Poldark & The Crimson Field Review

There is nothing like Masterpiece Theatre on Sunday night to usher in the work week. The vacuum that Downton Abbey and Mr. Selfridge left a few months ago was filled last night by Poldark and The Crimson Field.

Based on the books by Winston Graham and a reboot of the original 1970’s miniseries, Ross Poldark (Aidan Turner) has just returned from fighting for the British in the American Revolution. The reception that he received was unexpected. His father is dead, his home is in ruins and his sweetheart, Elizabeth (Heida Reed) is engaged to Ross’s cousin Francis (Kyle Soller). The economy is in a depression and Ross has to find a new way to revitalize his land and the lives of his tenants. When Ross rescues Demelza (Eleanor Tomlinson) from a beating, he expects to see a young boy under the rags. He finds a woman who is escaping a brutal home life. Offering Demelza the position of kitchen maid, Ross does not know that his life might just turn around in more ways that one.

I have not seen the original miniseries, but it’s fabled lore continues 40 years after it’s initial airing. Ross Poldark might not be Mr. Darcy or Mr. Rochester, but he comes pretty close to that stature. I know I am going to enjoy the series.

The Crimson Field is the story of three young women who have volunteered as nurses at a hospital in Northern France during World War I. Kitty (Oona Chaplin), Rosalie (Marianne Oldham) and Flora (Alice St. Clair) have no idea what they are getting into when they signed up to volunteer. They will quickly learn the brutality of war and the hard decisions that must be made. Lt. Col Roland Brett (Downton Abbey’s Kevin Doyle) is the head of the camp who goes against a superior’s orders to send a young soldier home who is suffering from what we now know is PTSD. Matron Grace Carter (Hermoine Norris) is tough on the new recruits, but she has her own story to tell.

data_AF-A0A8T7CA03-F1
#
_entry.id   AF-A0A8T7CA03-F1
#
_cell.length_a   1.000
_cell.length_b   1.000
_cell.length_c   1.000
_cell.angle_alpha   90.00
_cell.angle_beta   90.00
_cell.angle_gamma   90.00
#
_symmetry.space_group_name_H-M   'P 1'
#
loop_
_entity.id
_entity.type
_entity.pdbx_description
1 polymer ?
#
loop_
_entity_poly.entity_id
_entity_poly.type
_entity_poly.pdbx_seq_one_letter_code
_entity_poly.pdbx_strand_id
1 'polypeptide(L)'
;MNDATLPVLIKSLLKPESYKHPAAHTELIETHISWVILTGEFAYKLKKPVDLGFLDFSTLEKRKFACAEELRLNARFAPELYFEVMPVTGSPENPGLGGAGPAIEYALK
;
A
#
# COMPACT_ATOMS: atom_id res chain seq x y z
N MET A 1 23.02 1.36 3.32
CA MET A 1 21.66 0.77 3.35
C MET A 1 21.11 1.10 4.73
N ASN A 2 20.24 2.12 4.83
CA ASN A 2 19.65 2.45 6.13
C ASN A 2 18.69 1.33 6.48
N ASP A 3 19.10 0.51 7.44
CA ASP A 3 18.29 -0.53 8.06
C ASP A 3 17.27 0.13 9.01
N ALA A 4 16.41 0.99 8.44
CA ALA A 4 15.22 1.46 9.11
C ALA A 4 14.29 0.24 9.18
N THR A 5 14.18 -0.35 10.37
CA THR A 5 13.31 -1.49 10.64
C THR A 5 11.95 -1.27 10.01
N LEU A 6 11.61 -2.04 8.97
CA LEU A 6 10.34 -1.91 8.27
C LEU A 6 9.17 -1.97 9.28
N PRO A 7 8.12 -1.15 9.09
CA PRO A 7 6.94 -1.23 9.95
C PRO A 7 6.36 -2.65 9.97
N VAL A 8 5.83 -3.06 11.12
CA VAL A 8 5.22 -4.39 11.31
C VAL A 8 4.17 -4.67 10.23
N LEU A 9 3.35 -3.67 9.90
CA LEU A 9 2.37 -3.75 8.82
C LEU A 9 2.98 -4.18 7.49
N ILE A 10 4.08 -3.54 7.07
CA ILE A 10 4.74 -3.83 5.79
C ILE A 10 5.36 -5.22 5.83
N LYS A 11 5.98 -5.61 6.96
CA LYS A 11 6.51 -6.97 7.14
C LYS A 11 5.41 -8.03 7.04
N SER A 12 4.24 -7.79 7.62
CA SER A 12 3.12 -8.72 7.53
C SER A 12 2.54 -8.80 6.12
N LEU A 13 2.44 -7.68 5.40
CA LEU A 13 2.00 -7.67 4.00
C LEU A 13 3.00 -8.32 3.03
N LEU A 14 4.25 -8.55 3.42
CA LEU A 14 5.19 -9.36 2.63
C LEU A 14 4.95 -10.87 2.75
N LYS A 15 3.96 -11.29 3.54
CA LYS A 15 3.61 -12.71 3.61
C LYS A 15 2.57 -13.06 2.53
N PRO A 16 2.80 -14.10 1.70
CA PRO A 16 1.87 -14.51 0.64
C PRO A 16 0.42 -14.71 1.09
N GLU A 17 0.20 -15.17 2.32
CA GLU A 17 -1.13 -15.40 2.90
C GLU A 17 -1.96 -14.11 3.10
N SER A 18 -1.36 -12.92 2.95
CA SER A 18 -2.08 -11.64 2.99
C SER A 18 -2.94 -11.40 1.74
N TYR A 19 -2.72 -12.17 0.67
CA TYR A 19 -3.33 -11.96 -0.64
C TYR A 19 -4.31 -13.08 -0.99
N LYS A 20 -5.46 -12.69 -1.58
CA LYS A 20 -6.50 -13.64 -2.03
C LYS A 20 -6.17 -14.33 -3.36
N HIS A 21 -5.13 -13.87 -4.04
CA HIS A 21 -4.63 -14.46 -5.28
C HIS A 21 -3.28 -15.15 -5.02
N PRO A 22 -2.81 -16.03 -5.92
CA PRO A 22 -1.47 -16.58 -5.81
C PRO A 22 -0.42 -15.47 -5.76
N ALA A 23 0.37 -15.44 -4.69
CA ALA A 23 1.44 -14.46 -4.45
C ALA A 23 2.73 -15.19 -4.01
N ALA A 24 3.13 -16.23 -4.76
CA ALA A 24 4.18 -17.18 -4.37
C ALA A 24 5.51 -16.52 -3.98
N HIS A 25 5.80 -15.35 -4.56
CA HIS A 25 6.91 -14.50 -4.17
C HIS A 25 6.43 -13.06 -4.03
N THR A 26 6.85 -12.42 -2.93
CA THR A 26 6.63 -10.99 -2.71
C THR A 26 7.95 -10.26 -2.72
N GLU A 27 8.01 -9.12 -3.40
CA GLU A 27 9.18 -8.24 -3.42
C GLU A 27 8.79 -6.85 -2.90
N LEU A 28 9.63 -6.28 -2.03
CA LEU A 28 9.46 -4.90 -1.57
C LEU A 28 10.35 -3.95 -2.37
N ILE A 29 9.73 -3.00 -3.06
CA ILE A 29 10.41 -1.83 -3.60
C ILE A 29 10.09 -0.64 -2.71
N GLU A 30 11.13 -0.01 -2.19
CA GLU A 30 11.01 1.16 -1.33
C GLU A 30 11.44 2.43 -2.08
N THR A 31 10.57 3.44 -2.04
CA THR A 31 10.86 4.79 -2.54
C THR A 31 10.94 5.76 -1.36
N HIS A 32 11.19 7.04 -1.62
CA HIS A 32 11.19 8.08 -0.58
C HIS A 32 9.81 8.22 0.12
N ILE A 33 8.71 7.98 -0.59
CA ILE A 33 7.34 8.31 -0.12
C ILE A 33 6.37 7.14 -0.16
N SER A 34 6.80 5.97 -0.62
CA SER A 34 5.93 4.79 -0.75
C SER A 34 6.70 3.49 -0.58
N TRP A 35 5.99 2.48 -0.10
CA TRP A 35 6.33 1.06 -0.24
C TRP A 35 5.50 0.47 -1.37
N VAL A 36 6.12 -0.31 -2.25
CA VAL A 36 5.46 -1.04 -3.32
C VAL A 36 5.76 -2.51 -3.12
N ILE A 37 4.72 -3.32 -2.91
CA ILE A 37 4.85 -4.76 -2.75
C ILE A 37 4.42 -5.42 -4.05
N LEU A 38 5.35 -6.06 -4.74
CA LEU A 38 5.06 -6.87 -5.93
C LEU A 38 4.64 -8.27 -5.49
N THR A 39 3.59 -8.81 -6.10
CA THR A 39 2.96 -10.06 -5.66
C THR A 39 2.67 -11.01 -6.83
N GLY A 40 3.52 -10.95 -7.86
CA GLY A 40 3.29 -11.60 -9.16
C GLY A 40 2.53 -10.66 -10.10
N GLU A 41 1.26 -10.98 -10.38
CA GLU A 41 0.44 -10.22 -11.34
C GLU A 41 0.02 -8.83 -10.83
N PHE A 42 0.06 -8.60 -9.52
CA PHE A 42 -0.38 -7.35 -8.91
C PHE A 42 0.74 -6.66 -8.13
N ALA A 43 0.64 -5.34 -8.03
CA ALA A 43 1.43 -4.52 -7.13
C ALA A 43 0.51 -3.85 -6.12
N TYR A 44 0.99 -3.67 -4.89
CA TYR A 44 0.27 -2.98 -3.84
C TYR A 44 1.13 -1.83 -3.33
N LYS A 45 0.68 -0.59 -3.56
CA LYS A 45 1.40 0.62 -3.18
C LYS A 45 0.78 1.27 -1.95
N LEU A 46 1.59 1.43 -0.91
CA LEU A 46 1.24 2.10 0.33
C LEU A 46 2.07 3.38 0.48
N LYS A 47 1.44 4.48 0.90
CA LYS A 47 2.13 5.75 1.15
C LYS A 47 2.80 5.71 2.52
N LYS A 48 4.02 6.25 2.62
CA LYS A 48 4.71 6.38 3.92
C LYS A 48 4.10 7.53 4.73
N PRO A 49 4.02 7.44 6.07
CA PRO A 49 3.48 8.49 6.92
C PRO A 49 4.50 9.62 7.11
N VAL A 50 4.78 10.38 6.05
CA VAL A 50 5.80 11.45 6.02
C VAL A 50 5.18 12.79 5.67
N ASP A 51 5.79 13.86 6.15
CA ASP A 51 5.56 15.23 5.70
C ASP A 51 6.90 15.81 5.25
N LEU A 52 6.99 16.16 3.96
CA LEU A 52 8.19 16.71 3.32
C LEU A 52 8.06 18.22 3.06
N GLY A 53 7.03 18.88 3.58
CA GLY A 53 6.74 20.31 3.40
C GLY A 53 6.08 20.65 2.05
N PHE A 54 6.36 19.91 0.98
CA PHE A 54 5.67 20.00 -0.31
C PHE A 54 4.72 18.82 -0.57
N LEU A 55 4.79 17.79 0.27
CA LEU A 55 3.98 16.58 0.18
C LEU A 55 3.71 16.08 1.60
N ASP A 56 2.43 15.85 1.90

I didn’t enjoy this program as much as I did Poldark.  I couldn’t keep up as well with the characters. But for history buffs and people like me who are suffering from Downton withdrawal, it’s not all that bad.

Advertisements

Leave a comment

Filed under Books, Downton Abbey, History, Mr. Selfridge, Television, TV Review

Leave a Reply

Fill in your details below or click an icon to log in:

WordPress.com Logo

You are commenting using your WordPress.com account. Log Out / Change )

Twitter picture

You are commenting using your Twitter account. Log Out / Change )

Facebook photo

You are commenting using your Facebook account. Log Out / Change )

Google+ photo

You are commenting using your Google+ account. Log Out / Change )

Connecting to %s